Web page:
Riding high on interest rate cuts, bond funds have posted astronomical yet unsustainable returns. Debt fund managers are also turning cautious now owing to year-end redemption pressure
01-Mar-2001 •News Desk
Call it the debt fury! Just a day after the cut in rates on small saving instruments, the Reserve Bank slashed the bank rate by another 50 basis points, thus bringing it down to 7 per cent. The bond market has rallied further with a never-ending flow of positive news, which started with SBI's IMD issue. After the second round of bank rate cut today, fund managers have set their eyes on a CRR reduction in early April and a cut in US interest rates.
Returns are already flowing from the barrel of bond funds, which were greeted by a slew of budgetary sops on Wednesday. Riding high on the 100-150 basis points on small savings, the bond funds posted an average whopping gain of nearly 0.40 per cent on Wednesday. While such returns are surely not sustainable, it translates into an annualised gain of 146% and amply reflects the surging bond prices. In fact, the top gainer for the day was PNB Debt Fund, which came close to posting a one per cent gain on Wednesday. Now, with the bank rate cut, returns will zoom further.
"It is not a never ending party and this period of abnormal returns will come to an end. The prices are expected to consolidate at current levels. With the slew of incentives, inflows into bond funds are going to get a big boost,'' says Rajiv Anand at ANZ Grindlays Mutual Fund. "The market was expecting the cut and now that it is come, it will take a breather with some profit booking,'' says Dhawal Dalal at DSPML Mutual Fund.
The budget slashed the dividend tax on debt funds from 22 to 10.2%. At the same time, the budget brought down the section 80L limit from Rs 12,000 to Rs 9,000. This means that interest income (typically from bank deposits) only up to Rs 9,000 will now be tax-free against Rs 12,000 earlier. Further, interest income from bank deposits above Rs 2,500 will be now subject to tax deduction at source (TDS), which was earlier at Rs 10,000. And last but not the least, the falling interest rates will now force banks to cut their deposit rates and this will make bond funds more attractive, for they supplement their interest income with trading profits. "Since banks have to meet mobilisation target for the current year, the cut in deposit rates will come only in the new fiscal,'' said Akhilesh Gupta at Dundee Mutual Fund.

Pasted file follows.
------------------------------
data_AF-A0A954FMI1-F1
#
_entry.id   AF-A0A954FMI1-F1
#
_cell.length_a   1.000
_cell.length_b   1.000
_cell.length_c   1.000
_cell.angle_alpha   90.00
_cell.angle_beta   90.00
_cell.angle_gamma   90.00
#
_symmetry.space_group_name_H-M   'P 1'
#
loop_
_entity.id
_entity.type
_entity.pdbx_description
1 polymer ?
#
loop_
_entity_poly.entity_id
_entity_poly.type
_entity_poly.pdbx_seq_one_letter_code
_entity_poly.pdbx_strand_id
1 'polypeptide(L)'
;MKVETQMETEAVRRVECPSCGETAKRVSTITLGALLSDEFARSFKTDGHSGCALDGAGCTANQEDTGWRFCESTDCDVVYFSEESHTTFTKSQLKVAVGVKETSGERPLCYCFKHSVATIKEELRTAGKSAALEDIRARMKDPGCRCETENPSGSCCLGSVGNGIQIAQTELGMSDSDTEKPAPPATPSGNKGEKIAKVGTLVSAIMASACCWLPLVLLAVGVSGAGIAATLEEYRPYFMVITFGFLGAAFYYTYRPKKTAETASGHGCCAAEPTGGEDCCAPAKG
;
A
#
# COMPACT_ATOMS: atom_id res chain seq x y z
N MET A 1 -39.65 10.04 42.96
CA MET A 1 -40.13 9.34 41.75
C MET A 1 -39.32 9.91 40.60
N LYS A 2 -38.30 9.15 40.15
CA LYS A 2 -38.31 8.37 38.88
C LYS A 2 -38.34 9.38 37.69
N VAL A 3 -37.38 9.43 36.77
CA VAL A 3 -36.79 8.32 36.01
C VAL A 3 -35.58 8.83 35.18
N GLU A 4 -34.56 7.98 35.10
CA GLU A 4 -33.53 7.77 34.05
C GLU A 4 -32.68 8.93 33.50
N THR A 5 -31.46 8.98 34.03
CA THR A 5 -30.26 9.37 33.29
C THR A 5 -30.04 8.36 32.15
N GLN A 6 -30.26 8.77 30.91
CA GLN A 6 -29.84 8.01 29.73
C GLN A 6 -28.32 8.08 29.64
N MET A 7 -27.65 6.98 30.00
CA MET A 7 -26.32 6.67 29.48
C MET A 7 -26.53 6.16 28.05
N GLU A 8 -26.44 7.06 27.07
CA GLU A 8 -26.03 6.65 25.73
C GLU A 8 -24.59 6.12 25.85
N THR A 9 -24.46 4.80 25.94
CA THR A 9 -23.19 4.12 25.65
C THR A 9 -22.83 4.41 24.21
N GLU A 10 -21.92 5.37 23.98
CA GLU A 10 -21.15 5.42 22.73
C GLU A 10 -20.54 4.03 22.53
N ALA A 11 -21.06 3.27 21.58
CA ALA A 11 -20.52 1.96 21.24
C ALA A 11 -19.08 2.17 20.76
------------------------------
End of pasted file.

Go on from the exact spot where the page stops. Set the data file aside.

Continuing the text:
While fund managers see a smooth sail going forward, they are sticking to the current maturity profile and not raising it further. "When the going is so good, a mild tremor can rock the boat. While we have made the most of the current rally, it is time to exercise restraint as normalcy returns, '' says a fund manager.
Debt funds are also not adopting an ultra aggressive investment strategy due to year-end concern. Last year, debt funds had seen heavy redemption as the fiscal drew to a close by big-ticket investors. Since most of them were fully invested with a reasonable maturity, it had lead to a heavy selling pressure and pulled down the NAVs.
"While gilts have rallied, triple A bonds have not gone up as sharply, thus leading to a higher spread of around 100-110 basis points. While the yield on triple A paper is very attractive, we are not investing there due to liquidity concerns. Instead, we are parking money in liquid gilts and get into the corporate segment later,'' said Dalal at DSPML AMC. "Adds Anand at ANZ, "Unlike last year, funds are lot more prepared this year. And as opposed to the hike in dividend tax last year, it has gone down this year and hence the situation may not be that bad this year. ''